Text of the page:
Do you keep glancing at the corner, noticing a dog bed would fit perfectly? Or maybe you miss the background jingle of license tags and claws click-clacking across the floor. If this describes you – It’s time for a new best friend.
Making the decision to bring a new puppy home may seem like the important part of the whole process, but in reality what might take the most consideration is deciding if your new pet is going to thrive in an apartment setting. Living in an apartment has it’s own set of challenges and constraints; especially when it comes to finding a furry pal.
We spoke with Whitney, a volunteer from the Animal Adoption and Rescue Foundation (AARF), and she gave us several particle tips about finding a dog that will adapt well to apartment life; which is very important if you want to land that perfect pet friendly apartment in Richmond, VA. Read on to learn tips from the a shelter that has been uniting animals with people for 31 years.
Learn the rules first and foremost. It’s not uncommon for apartment complexes or property management companies to limit the number of animals in their buildings – if they allow pets at all. Managers also restrict dogs based on breed and size. If you’re looking to add a new member to your family be sure to find out if your building has any limitations in place. It’s best for you to do your research before you approach your management company – know about the breeds energy level and exercise requirements, be sure that you’ve thought through how youre going to meet these requirements. Don’t be surprised if the landlord asks you questions off the cuff about the kind/breed of animal you plan to get, and how/who is going to care for it.
Lifestyle and Temperament
Considering your lifestyle is important for ensuring everyone’s happiness. According to AARF, “people commonly mistake size as the best indicator for apartments, when what they really should be focusing on is the energy level a dog has.” A dog’s activity level should be harmonious with your own. If you are away during the day or are not as active, a larger, mature Great Dane can live happily in an apartment; an easy walk around your neighborhood will suffice for exercise. In contrast, smaller terriers and hounds become restless and require frequent walks to prevent boredom (and barking that can disturb other tenants). If you like to get out and run, you can keep a littler, active dog happy with enough stimulation that he won’t miss having a yard.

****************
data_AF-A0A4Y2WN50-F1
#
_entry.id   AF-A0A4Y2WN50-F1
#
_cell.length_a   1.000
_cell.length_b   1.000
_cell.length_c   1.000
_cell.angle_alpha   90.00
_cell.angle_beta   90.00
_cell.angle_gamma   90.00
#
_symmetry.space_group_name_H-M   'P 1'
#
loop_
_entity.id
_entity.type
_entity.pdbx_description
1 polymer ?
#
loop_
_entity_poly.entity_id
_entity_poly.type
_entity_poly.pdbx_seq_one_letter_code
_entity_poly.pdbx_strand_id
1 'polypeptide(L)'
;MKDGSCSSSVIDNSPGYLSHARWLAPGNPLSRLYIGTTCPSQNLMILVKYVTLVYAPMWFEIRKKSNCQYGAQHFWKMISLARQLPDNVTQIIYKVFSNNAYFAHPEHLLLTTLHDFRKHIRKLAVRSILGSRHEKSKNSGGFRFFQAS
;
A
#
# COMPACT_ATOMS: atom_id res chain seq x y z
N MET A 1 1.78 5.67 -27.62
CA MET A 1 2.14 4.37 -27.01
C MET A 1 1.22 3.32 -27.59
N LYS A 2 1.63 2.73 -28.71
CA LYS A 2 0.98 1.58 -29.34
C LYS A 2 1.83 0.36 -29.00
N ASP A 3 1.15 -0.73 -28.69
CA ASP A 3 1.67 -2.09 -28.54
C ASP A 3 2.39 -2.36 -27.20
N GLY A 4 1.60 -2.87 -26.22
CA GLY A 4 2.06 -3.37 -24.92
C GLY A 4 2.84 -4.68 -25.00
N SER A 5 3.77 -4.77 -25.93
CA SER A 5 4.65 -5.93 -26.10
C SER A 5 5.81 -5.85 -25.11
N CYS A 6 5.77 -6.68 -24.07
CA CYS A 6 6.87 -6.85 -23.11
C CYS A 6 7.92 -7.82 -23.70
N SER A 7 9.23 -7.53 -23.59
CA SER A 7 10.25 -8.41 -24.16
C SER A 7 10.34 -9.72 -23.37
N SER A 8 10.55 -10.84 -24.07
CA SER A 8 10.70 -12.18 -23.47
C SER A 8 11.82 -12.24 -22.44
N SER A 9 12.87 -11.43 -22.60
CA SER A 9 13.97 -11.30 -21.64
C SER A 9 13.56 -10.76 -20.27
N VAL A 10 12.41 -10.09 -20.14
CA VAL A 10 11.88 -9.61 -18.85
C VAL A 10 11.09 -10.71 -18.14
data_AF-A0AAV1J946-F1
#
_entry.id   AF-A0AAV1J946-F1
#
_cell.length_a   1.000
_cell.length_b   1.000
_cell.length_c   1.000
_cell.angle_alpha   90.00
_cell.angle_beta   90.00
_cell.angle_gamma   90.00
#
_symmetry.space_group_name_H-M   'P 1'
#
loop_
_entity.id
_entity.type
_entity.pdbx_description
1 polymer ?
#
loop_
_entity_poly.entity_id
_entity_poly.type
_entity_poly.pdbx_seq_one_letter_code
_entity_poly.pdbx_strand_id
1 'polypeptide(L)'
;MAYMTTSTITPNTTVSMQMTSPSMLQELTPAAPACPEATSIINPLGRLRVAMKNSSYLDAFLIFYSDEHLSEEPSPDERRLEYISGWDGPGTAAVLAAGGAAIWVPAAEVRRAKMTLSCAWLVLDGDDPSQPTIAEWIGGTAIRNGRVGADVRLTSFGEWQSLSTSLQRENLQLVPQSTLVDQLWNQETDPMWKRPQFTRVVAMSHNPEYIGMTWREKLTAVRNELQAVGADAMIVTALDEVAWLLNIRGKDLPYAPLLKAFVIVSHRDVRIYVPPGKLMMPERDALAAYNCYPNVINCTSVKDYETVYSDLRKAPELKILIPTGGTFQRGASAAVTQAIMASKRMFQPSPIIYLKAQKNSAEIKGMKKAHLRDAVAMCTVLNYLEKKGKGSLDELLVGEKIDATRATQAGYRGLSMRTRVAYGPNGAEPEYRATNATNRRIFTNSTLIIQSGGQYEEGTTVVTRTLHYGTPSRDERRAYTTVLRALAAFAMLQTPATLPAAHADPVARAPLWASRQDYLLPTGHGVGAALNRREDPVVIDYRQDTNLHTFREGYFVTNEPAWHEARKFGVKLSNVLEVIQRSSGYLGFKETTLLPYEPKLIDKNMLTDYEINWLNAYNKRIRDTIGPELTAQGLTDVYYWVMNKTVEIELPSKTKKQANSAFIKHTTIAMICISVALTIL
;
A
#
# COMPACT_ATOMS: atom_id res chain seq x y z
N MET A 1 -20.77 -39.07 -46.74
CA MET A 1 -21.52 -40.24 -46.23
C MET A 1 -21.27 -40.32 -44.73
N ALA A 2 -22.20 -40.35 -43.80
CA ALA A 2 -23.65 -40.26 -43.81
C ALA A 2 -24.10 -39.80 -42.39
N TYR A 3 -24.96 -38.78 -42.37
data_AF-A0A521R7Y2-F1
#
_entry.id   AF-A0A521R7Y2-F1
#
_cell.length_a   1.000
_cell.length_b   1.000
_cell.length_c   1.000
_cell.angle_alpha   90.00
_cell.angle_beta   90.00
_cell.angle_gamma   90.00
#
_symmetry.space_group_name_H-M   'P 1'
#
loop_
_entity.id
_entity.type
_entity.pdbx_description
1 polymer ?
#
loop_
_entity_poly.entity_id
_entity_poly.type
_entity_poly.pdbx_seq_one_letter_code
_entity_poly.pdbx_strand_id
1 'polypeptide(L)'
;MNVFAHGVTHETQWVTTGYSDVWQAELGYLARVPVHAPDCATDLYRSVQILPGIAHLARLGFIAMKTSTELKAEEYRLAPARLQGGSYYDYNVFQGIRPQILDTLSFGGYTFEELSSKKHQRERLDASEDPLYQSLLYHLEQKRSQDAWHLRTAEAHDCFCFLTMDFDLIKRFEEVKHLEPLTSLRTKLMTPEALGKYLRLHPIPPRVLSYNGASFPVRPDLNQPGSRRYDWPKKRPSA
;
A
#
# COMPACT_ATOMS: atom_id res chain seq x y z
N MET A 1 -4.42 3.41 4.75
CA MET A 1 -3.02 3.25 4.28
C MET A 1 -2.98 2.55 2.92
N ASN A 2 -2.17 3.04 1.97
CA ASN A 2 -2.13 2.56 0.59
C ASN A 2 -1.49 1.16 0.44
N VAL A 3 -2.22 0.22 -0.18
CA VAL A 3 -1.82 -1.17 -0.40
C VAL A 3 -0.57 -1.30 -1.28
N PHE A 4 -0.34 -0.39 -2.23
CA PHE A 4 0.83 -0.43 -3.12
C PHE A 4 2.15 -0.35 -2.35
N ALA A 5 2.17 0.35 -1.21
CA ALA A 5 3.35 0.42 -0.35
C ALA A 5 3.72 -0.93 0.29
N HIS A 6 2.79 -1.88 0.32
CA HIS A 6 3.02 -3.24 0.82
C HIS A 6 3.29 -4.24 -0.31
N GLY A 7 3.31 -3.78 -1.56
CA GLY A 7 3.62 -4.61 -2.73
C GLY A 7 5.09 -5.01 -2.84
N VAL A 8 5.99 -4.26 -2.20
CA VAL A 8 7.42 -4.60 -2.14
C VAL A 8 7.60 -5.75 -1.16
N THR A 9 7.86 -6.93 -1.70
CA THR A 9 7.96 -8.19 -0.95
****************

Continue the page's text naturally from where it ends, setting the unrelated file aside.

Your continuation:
Puppies are undeniably adorable, but researching breeders and training a little dog might not be practical for your lifestyle. Consider adopting a rescued cat/dog. AARF pets are placed in foster homes where the families get to know the dogs’ individual personalities, likes, and dislikes, which helps AARF staff work with you to determine which dog has the temperament you prefer. The organization prides itself on listening carefully to individuals to match them with their perfect companions (who are fixed, vaccinated, and dewormed). Check out http://www.aarf.org to learn more about potential pals.
“Apartment dwellers can make excellent homes if they make the time” for their dogs, according to AARF. If you miss the presence of a furry friend, all it takes is a little research, plenty of thought, and a helping hand to bring home a loyal pal who will thrive in an apartment. If you already have your pal and are looking for a pet friendly apartment, read our tips here.
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